Hip hop, war and politics in Cameroon
As director of the civil cabinet, Martin Belinga Eboutou (1) is the man to see for anyone wishing to gain access to President Paul Biya.
A foreigner can never translate what people are experiencing here
The importance of the 75-year-old diplomat’s role in ensuring that presidential decisions are respected was underlined in February 2014, when he arrived in person at the defence ministry to secure the release of Franco-Cameroonian businessman Michel Thierry Atangana – a financial expert who spent 17 years in solitary confinement on trumped-up charges – who was still being held in prison, despite a decree for his release.
Louis-Paul Motazé, secretary general in the office of prime minister Philémon Yang, is a key architect of the government’s economic programmes.
Motazé previously served as finance minister and coordinated the crafting of the Cameroun Vision 2035 strategy and the Document de Stratégie pour la Croissance et l’Emploi, which includes plans to create tens of thousands of jobs in the formal sector per year until 2020.
Motazé went from the finance ministry to the prime minister’s office in 2011, but he did not see the move as a demotion because he continues to oversee plans for major infrastructure projects.
The Islamist rebels of the Boko Haram militia destabilised wider swathes of West and Central Africa this year after venturing beyond their base in northern Nigeria. Several senior officials are now leading Cameroon’s fightback.
Rear Admiral Joseph Fouda (2) is a special adviser to the presidency who handles sensitive issues related to security.
The government is also relying on the intelligence services for its counter-terrorism strategy.
Léopold Maxime Eko Eko has led the Direction Générale de la Recherche Extérieure since 2010 and is focusing on using drones and other newer surveillance tools to deal with internal and external threats to stability.
Deputies wait their turn
While oppositionists decry President Biya’s refusal to hand over power after 32 years in office, Social Democratic Front (SDF) chairman John Fru Ndi faces the same criticism.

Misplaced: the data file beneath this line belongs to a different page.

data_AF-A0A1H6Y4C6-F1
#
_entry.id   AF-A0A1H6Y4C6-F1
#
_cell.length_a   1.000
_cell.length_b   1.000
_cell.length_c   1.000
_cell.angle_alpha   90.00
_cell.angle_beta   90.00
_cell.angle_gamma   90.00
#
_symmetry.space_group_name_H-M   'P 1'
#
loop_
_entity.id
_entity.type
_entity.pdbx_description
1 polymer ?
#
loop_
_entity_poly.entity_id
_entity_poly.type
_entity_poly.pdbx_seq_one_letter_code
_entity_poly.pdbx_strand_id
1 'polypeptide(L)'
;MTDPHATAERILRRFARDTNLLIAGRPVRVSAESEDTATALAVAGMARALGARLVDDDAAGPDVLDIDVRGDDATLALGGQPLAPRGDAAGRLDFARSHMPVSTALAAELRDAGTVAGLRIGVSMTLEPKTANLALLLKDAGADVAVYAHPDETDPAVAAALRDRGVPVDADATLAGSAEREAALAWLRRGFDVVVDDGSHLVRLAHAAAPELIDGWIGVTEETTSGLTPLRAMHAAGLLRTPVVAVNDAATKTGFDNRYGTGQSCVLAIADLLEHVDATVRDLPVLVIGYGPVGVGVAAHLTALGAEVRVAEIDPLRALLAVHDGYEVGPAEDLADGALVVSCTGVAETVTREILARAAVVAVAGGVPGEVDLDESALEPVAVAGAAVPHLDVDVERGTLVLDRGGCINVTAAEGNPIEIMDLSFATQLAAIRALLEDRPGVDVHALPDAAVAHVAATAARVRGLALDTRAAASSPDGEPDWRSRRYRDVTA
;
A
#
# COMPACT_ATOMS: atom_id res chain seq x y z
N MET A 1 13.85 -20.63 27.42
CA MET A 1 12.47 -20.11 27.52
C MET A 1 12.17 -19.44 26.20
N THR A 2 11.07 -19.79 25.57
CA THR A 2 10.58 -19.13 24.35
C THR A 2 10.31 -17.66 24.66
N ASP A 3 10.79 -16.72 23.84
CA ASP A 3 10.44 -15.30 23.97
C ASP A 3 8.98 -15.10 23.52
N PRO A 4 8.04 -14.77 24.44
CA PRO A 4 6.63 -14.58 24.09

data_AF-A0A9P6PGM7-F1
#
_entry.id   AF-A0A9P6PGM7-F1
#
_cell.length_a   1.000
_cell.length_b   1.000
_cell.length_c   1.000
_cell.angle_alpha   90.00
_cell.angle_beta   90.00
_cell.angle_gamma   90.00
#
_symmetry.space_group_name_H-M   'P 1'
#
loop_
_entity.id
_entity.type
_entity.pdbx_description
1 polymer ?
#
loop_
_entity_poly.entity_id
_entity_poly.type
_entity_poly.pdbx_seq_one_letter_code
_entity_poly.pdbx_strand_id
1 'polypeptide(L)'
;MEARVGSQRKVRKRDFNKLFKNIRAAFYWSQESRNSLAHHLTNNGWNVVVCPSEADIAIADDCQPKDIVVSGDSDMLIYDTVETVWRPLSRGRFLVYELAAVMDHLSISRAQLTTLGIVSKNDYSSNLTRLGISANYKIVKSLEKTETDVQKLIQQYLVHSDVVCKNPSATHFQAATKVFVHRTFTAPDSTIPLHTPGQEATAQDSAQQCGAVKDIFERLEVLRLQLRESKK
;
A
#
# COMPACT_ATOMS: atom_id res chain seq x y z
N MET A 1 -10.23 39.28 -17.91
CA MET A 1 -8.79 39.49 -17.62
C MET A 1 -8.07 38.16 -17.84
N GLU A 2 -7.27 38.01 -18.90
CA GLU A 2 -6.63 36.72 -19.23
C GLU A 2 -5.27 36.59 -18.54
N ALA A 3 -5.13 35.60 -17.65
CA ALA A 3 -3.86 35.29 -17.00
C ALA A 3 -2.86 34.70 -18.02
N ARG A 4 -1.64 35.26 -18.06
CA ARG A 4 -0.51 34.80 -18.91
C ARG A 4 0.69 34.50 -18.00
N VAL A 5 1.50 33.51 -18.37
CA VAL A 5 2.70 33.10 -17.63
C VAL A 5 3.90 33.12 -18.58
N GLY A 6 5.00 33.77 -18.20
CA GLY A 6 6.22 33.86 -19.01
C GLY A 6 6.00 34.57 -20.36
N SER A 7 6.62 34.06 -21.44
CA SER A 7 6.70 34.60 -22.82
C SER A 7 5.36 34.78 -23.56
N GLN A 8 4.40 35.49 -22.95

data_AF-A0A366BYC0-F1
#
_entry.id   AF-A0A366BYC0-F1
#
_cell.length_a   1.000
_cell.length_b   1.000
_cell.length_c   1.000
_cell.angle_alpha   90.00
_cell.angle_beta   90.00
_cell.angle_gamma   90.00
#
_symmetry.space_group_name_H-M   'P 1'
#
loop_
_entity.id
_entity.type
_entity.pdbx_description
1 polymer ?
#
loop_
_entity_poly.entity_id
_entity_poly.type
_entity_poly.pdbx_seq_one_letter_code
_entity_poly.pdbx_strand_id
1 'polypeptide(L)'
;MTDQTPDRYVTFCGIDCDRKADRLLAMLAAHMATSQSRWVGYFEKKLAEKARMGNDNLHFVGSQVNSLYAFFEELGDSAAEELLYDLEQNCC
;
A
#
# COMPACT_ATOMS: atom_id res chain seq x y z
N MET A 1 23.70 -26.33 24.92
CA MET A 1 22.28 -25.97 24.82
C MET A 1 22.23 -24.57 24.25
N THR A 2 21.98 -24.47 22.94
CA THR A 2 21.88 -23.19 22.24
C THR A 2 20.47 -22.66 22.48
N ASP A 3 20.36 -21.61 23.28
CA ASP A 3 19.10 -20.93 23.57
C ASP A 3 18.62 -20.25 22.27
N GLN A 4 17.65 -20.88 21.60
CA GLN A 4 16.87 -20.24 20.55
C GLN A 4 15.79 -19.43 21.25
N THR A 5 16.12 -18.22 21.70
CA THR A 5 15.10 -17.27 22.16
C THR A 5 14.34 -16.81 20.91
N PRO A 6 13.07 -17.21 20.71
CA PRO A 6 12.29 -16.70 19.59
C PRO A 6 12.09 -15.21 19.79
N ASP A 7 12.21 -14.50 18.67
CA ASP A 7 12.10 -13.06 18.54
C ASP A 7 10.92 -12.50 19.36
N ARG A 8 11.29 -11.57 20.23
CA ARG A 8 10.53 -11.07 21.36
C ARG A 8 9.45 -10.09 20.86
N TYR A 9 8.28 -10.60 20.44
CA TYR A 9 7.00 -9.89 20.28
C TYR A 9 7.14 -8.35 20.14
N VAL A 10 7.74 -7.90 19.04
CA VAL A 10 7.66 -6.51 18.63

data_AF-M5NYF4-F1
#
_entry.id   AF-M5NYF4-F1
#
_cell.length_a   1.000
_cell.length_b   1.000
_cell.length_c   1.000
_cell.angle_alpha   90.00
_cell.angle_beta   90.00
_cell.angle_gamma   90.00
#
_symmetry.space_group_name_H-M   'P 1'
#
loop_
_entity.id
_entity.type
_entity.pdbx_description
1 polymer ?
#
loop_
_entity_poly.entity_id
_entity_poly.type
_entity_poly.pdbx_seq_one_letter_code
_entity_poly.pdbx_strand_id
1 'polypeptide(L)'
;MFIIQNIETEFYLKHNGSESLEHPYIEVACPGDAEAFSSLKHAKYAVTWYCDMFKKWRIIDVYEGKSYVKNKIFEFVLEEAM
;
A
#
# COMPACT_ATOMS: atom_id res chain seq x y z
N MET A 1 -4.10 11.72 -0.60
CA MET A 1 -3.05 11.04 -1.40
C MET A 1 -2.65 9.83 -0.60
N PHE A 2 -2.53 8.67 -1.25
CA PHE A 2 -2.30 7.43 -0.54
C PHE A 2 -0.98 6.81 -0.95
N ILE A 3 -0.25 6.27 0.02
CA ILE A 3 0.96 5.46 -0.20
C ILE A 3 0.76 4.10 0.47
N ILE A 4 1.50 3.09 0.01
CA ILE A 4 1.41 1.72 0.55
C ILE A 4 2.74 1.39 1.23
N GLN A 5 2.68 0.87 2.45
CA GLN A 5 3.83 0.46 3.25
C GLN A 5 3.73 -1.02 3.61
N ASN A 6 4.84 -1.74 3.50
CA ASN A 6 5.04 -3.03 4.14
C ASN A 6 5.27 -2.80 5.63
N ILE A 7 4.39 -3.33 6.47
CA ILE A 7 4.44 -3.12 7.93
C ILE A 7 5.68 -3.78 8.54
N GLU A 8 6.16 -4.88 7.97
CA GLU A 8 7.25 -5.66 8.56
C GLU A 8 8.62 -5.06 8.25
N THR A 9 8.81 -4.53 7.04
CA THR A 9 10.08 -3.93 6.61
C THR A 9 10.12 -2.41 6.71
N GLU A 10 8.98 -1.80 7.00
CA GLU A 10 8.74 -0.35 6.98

Fru Ndi, 73, took up the chairmanship of the opposition party in 1992, and it has recently been performing poorly at the ballot box.
He is flanked by three vice-presidents in their 40s – Joshua Osih, Grégoire BirwéandScholastique Mahop.
They would ultimately like to ring in generational change in the SDF, but Fru Ndi and his allies continue to use party rules to stifle rivals and avoid talk about the succession.
At least in the fields of hip hop and rap a new generation of stars is in the ascendant.
Rapper Stanley Enow (3) raised Cameroon’s profile when he won the MTV Africa Music Award for the best newcomer in 2014.
The former radio host released a collaboration with Ghanaian star Sarkodie in late 2014 and launched the country’s most expensive music video – for his song King Kong – in April.
He plans to complete his new album by the middle of this year.
Ndukong Godlove Nfor – aka Jovi – says the local scene is veering away from the bling of global rap towards authenticity and political engagement.
“A foreigner can never translate what people are experiencing here,” he says. “When in a video the water runs brown, everyone understands the message.” Jovi, who released his new album Mboko God in May, regularly collaborates with stars from the US and Europe and recorded Pitié with Congolese legend Tabu Ley Rochereau in 2012.
He runs his own label, New Bell Music, and raps in English, French, local languages and slang about everyday life in Cameroon. ●